The problem is, who created this sentient designer? Something, out of nothing, is hard to imagine and introducing a creator does not solve the problem. If one can imagine a creator as always being there, then one can imagine the universe as always being there and eliminate the middle man.

-- Updated January 10th, 2017, 7:32 am to add the following --

The Big Bang may have been a local event in an infinite universe. If the next closest cluster of galaxies is 100 billion light years away, it's going to take some time before we will be able to see it.
Even though you can see me, I might not be here.

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Re: Life "must" exist elsewhere but why?

Post by Platos stepchild » January 10th, 2017, 11:04 am

Chasw wrote:Regarding my rejection of abiogenesis - consider the complexity of the simplest single-celled plant, e.g., a bacterium. The methods the cell uses to thrive and reproduce, particularly DNA replication, is not plausibly something that could originate by means of an accidental combination of ingredients and conditions. Instead, its more plausible IMO to discern the hand of a sentient designer/creator, probably the same sentient being who previously created the inanimate universe of matter, energy and space.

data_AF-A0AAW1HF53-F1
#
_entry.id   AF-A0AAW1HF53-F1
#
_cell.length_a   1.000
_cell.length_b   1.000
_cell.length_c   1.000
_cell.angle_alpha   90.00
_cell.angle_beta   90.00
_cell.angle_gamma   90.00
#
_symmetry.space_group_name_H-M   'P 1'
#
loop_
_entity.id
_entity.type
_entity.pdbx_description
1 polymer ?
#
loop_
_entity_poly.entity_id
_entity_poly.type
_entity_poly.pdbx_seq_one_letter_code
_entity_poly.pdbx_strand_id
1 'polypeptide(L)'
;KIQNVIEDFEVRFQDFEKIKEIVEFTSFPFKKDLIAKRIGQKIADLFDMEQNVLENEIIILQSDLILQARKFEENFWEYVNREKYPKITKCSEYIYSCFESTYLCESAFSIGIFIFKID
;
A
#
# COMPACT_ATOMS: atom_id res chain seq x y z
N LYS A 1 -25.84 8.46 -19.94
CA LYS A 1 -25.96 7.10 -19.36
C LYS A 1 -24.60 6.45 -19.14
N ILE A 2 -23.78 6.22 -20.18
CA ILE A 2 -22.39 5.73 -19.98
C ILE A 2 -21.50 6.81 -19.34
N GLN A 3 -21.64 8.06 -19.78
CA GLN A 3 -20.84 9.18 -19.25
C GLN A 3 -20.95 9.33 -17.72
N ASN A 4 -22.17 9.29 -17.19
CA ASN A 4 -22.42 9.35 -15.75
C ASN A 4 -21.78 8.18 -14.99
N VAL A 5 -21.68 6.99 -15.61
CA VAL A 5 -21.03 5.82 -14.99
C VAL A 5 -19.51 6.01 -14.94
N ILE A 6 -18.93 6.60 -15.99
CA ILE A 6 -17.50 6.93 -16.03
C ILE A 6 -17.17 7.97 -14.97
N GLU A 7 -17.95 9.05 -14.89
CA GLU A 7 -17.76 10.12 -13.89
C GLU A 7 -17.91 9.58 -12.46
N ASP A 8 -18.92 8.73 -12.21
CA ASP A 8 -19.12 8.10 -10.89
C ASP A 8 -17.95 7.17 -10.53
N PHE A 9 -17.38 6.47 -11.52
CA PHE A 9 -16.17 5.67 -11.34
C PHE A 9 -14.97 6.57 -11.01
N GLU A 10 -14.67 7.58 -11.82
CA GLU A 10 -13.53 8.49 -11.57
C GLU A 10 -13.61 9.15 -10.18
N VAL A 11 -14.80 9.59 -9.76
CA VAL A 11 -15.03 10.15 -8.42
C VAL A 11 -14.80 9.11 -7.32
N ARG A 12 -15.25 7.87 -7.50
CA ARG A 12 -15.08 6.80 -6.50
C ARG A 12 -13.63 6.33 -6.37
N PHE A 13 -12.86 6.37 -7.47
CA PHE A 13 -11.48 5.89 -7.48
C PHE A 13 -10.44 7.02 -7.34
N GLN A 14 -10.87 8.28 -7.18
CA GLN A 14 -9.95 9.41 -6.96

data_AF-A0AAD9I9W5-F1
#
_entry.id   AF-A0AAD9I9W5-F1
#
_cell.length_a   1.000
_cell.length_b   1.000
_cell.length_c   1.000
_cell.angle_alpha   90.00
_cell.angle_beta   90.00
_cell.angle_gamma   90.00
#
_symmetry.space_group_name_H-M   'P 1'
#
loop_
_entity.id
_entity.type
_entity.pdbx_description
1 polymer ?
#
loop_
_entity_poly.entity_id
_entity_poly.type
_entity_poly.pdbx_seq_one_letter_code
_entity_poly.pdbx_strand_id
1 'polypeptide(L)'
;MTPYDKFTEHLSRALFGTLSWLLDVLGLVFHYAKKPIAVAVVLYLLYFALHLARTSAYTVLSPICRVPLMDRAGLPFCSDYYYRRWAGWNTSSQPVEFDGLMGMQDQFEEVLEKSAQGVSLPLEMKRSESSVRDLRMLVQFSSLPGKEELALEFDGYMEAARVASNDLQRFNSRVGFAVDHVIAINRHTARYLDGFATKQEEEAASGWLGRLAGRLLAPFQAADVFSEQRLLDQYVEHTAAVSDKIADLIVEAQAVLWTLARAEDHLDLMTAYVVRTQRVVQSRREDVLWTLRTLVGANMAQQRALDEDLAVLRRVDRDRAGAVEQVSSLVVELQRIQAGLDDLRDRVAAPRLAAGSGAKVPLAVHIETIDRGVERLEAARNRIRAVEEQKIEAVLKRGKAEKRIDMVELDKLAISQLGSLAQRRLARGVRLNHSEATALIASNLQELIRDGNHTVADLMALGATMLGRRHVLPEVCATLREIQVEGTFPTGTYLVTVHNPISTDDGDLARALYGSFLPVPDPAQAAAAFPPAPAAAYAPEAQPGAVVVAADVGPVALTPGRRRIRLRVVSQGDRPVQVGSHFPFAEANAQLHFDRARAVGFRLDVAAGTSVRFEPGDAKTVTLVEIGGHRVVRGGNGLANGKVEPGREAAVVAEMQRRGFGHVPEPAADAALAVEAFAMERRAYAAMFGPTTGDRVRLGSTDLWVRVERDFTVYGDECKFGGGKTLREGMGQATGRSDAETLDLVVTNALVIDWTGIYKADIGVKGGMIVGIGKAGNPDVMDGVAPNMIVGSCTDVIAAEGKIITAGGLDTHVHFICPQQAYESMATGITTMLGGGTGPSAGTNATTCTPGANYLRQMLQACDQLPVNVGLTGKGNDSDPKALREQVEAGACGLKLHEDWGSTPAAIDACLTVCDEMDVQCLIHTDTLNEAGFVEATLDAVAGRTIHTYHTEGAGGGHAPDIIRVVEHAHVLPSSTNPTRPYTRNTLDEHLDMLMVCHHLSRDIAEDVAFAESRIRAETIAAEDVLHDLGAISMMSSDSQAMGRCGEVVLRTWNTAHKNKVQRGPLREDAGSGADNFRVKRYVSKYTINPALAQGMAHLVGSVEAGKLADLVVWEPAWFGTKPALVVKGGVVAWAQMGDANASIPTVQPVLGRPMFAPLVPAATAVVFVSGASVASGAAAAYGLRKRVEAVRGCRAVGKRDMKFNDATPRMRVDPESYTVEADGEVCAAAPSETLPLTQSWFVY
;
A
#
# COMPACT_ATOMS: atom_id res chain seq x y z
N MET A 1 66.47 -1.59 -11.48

As someone pointed out above, biogenesis by either means could have happened long ago and far away, or right here on Earth, some 3.5B years ago. To settle that particular question, the search for signs of life on Mars, et al, is significant. If our probes on the surface of Mars discover life or fossils of life, that will tend to support my hypothesis that fertile parts of our solar system were seeded by an external source. The larger question of who or what created the first lifeforms will indefinitely remain in the realm of religion, or until someone figures out how to create a recognizable lifeform out of simple matter and energy. - CW
As I see it, the problem with a sentient designer/creator is, ok let's suppose (S)He did create life. How could we ever know this, for sure? Maybe life arose from natural processes; and, the mechanism for how this happened is extremely complicated. So, just how complicated does it have to be, in order for us to throw-up-our-hands, and concede we are, indeed the handiwork of a creator? If we do give up, and concede a creator, we'll never know whether if maybe, just maybe we'd pushed a little harder wed'ave discovered the mechanism whereby life arose, naturally.

Of course, the allure of a designer/creator does provide us with a meaning as to why life arose, in the first place. It's scary to believe that we have no transcendent purpose, other than a full belly and propagating our genes. But, the comfort of having a purpose aside, I believe that humankind will eventually crack the mystery, even though it could mean that we'll live with the ennui of having nothing to worship. Will that prove to be our demise? Hopefully, we'll have begun the conquest of Mars, by then. In that case, the demise of humankind will prove a much harder nut to crack.